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Tau Pathology and AD Prevention

Several factors are involved in the development of cognitive decline– including but not limited to lifestyle, genetics, family / medical history, education, and environment. Memory loss, therefore, comes in many different shapes and sizes. Understanding the ways dementia develops is a crucial step in identifying and treating the disease. 

Nature Medicine recently published research on the ways memory loss develops in four subtypes of the brain. Just like there is no magic bullet drug, there is no one way that dementia corrodes the brain. This leads to having different symptoms and different treatments to regain and restore brain function. Entitled “Four distinct trajectories of tau deposition identified in Alzheimer’s disease”, this highly educational study gives light to some of the ways memory loss “strikes.”

Researchers at Lund University have identified four distinct subtypes of Alzheimer’s disease. The findings could lead to more individualized treatments for those with a neurodegenerative disorder. Results suggest that variation in tau pathology is common and systematic, perhaps giving grounds for a re-examination of the typical Alzheimer’s diagnosis.

Oskar Hansson, professor of neurology at Lund University, who supervised the study explained, “We identified four clear patterns of tau pathology that became distinct over time. The prevalence of the subgroups varied between 18 and 30 percent, which means that all these variants of Alzheimer’s are actually quite common and no single one dominates as we previously thought.”

Over the last three decades, many researchers have described the development of tau pathology in Alzheimer’s using a single model, despite recurring cases that do not fit said model. Their findings explain why different patients may develop different symptoms. “Because different regions of the brain are affected differently in the four subtypes of Alzheimer’s, patients develop different symptoms and also prognoses. This knowledge is important for doctors who assess patients with Alzheimer’s, and it also makes us wonder whether the four subtypes might respond differently to different treatments,” Hansson added.

The subtypes were categorized as the following:

* Variant one: tau spreads mainly within the temporal lobe and primarily affects memory. Variant one occurred in 33 percent of all cases.

* Variant two: In contrast to variant one, this variant spreads in the rest of the cerebral cor-tex. The individual has fewer memory problems than in the first variant, but on the other hand has greater difficulties with executive functions, that is, the ability to plan and perform an action. Variant two occurred in 18 percent of all cases.

* Variant three: The accumulation of tau takes place in the visual cortex, i.e. in the part of the cerebrum where information from the optic nerve is processed and classified. The visuospatial processing of sensory impressions in the brain is affected in individuals with this pattern. They have difficulty orienting themselves, distinguishing shapes and contours, distance, movement, and the location of objects in relation to other objects. Variant three occurred in 30 percent of all cases.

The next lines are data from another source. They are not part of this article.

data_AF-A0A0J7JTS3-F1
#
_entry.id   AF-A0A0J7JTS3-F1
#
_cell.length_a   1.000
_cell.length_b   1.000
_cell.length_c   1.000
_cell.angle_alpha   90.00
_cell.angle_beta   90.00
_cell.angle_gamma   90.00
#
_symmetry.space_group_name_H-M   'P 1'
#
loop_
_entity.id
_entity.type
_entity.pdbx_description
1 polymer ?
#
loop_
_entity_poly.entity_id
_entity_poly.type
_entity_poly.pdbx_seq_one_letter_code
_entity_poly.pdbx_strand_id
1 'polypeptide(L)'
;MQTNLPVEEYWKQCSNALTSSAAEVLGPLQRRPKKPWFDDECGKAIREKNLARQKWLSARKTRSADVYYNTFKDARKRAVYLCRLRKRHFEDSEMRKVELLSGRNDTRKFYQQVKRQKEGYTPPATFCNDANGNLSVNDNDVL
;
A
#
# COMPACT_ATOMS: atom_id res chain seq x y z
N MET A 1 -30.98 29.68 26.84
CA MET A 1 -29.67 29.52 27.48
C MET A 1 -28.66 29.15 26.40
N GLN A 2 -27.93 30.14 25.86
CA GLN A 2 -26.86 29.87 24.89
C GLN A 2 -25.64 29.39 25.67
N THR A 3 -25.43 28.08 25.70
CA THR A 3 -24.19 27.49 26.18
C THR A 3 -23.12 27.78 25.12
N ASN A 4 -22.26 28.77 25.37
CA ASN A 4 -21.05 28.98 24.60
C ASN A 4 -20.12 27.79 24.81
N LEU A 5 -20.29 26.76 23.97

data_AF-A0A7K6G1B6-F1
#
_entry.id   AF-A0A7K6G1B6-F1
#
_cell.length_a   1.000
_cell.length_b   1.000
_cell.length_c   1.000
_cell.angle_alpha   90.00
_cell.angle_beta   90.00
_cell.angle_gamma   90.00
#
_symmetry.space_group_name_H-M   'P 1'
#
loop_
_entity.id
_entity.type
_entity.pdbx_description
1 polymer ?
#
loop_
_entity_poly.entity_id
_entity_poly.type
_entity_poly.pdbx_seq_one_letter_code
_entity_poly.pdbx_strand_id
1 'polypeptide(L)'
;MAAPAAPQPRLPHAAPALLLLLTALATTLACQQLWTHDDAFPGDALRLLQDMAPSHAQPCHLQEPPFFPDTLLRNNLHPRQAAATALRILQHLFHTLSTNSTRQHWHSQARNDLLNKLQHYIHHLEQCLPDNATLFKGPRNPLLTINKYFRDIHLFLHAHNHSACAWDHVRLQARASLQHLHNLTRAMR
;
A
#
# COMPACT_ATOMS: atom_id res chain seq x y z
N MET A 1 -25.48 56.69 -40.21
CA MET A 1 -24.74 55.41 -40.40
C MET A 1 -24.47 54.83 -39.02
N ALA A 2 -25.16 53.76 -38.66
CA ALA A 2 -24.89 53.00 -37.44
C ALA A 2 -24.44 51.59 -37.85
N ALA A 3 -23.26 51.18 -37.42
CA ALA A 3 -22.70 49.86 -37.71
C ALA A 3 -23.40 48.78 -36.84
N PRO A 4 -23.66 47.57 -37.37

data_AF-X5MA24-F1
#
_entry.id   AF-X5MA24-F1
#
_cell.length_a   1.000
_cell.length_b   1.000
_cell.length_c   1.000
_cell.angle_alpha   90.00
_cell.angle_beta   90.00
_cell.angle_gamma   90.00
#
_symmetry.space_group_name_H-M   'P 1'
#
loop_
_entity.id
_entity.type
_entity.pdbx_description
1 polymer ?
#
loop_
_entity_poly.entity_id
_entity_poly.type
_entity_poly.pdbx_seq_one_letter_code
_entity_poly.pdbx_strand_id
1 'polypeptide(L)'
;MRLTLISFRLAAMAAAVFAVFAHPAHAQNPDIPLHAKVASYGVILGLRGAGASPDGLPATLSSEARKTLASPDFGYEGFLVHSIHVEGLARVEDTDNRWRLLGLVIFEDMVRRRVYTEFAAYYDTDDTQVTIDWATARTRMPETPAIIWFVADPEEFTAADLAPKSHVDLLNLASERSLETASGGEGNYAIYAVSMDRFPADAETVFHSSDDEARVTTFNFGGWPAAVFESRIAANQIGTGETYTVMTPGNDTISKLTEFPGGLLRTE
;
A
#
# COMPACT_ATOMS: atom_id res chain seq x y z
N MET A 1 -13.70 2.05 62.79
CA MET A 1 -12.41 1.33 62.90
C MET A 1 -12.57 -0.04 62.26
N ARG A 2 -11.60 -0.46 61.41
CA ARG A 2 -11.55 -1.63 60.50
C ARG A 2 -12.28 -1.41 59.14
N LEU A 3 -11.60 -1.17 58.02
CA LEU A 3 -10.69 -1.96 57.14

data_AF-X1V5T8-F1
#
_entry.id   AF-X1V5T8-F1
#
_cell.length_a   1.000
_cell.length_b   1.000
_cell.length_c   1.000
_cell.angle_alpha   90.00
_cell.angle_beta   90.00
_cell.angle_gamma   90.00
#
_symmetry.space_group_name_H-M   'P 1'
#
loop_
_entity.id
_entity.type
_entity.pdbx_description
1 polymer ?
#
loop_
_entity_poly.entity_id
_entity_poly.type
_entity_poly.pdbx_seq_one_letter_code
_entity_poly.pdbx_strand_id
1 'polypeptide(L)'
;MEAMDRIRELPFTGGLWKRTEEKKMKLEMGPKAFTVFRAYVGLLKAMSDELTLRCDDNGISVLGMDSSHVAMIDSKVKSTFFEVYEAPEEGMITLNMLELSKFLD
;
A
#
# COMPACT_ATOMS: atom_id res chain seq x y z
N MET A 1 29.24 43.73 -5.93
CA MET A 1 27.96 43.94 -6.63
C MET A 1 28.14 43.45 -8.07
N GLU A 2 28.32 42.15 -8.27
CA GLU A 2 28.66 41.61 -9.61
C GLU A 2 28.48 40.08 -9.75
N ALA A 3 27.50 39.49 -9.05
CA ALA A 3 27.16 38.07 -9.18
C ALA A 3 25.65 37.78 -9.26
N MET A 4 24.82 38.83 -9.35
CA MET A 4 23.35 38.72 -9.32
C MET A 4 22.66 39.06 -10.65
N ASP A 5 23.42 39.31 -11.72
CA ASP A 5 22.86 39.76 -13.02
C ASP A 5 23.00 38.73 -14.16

* Variant four: Tau spreads asymmetrically in the left hemisphere and primarily affects the individual’s language ability. Variant four occurred in 19 percent of all cases.

Their conclusion? Researchers believe that this new knowledge can give patients more individualized treatment plans in the future– something similar to what your ARPF has been advocating for decades. 

ARPF has been funding innovative research on lifestyle methods to prevent memory loss and Alzheimer’s disease for almost thirty years. Tau is only one of the causes of cognitive impairment and following a lifestyle approach has shown huge success in preventing / reversing memory loss better than any drug. Prevention is the most effective way to avoid cognitive decline and maintain optimal brain health. Although people are still optimistic to find a magic bullet drug, the reality of AD is not slowing its progression.

The good news is that decades worth of prevention research has already proven that memory loss can be avoided or reversed by making changes to your lifestyle. In fact, ARPF has designed an online program that teaches you how to achieve optimal brain health right from your home. Whether you’d like to prevent Alzheimer’s, boost your brain health, or offer our techniques to your clients or family, the Brain Longevity Therapy Training will benefit you and your loved ones tremendously. 

For more information on preventing Alzheimer’s disease through proven integrative and holistic medicine, please visit our Brain Longevity Therapy Training at arpf.com.

 

Source: Lund University

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